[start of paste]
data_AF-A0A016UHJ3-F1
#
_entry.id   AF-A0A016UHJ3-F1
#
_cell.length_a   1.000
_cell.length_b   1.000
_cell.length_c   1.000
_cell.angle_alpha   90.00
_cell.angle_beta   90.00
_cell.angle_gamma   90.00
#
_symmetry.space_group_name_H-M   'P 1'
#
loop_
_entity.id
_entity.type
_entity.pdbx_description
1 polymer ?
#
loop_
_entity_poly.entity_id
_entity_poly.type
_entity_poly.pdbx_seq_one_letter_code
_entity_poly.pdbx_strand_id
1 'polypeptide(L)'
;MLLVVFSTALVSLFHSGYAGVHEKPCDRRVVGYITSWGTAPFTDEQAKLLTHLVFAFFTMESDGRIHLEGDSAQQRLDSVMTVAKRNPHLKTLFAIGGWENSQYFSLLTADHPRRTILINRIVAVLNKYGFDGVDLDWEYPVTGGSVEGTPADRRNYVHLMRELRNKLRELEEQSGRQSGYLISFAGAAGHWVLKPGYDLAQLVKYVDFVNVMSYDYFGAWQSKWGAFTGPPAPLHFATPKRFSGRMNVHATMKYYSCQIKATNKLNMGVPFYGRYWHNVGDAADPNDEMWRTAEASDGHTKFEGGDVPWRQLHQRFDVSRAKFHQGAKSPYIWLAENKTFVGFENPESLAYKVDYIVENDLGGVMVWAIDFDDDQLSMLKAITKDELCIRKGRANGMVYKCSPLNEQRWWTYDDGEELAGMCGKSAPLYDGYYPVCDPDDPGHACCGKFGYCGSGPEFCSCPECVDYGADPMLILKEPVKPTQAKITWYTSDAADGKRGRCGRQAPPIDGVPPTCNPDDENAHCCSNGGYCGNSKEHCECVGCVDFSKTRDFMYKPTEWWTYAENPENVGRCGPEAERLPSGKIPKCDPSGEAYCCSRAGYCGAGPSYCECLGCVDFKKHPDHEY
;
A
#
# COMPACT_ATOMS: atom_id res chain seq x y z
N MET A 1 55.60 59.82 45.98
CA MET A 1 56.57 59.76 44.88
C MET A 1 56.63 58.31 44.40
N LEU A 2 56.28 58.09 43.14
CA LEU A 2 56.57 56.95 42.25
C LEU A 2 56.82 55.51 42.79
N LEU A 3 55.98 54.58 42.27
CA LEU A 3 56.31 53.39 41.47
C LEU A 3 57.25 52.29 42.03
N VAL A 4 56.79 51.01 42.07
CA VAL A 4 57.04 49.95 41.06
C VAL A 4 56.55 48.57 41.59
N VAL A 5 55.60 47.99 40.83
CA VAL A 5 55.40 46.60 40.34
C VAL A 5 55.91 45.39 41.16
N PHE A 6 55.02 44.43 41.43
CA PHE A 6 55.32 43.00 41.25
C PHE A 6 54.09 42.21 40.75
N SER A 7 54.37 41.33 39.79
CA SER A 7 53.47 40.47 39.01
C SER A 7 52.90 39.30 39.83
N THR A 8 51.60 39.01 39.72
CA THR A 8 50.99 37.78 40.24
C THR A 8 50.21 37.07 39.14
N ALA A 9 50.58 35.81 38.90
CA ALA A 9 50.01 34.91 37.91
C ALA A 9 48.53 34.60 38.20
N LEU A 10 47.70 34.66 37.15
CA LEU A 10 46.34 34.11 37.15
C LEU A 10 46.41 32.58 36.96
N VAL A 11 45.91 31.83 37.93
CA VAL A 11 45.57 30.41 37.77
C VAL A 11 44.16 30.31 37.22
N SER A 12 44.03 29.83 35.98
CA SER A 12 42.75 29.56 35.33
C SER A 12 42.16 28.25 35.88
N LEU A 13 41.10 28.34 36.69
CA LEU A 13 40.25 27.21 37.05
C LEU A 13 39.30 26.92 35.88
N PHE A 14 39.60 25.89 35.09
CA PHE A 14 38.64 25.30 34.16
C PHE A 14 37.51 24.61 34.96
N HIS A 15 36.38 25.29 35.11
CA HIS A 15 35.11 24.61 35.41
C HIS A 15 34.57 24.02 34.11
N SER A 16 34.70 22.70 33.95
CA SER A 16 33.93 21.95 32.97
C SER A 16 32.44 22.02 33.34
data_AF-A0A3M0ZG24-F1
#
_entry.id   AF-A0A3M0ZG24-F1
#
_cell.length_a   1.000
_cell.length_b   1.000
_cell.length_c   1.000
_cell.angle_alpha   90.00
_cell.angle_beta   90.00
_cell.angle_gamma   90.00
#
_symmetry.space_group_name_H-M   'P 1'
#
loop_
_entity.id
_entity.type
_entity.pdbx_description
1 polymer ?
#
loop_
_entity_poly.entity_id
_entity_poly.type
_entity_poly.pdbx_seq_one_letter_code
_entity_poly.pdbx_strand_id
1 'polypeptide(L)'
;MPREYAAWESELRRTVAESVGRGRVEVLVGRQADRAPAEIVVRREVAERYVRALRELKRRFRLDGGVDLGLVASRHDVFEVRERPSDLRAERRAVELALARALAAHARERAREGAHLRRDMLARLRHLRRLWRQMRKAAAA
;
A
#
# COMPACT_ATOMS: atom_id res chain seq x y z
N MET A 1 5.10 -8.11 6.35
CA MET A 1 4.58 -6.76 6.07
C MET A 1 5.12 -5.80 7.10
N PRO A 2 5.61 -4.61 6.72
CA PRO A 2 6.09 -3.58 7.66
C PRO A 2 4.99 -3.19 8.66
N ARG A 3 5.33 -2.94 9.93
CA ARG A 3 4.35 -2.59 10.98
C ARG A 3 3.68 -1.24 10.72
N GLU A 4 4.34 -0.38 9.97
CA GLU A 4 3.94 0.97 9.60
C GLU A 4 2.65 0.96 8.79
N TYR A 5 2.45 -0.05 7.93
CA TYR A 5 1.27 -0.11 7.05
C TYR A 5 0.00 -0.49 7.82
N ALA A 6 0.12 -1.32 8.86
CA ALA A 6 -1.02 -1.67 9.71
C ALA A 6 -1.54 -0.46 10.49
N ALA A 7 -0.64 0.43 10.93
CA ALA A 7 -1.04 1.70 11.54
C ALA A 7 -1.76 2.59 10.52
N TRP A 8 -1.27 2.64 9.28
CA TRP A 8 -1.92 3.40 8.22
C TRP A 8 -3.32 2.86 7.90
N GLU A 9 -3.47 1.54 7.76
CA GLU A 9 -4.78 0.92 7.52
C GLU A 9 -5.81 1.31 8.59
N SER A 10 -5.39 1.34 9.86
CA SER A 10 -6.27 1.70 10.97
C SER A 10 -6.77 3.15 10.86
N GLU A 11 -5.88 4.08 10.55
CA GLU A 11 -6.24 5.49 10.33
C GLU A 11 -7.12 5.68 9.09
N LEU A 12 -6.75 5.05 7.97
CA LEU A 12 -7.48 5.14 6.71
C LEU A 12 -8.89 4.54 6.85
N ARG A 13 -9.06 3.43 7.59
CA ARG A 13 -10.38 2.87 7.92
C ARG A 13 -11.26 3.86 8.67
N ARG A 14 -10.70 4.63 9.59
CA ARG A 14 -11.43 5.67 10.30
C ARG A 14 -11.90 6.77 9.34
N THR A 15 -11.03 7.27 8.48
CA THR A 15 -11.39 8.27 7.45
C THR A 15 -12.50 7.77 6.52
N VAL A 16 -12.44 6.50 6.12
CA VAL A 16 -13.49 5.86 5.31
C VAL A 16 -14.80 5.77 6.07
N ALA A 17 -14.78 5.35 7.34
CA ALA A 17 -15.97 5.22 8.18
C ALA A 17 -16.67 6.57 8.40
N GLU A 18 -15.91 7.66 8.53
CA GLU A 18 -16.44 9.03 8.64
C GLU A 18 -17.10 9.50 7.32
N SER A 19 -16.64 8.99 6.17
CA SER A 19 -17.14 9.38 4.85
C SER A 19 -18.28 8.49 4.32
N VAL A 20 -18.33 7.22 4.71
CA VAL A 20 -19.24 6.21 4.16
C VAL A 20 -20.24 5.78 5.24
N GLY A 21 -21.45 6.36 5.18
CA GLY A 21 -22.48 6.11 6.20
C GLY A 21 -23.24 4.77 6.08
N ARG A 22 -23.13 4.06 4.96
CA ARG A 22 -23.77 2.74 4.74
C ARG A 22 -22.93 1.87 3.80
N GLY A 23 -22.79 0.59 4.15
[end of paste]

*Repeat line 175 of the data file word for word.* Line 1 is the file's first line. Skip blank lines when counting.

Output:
N GLY A 23 -22.79 0.59 4.15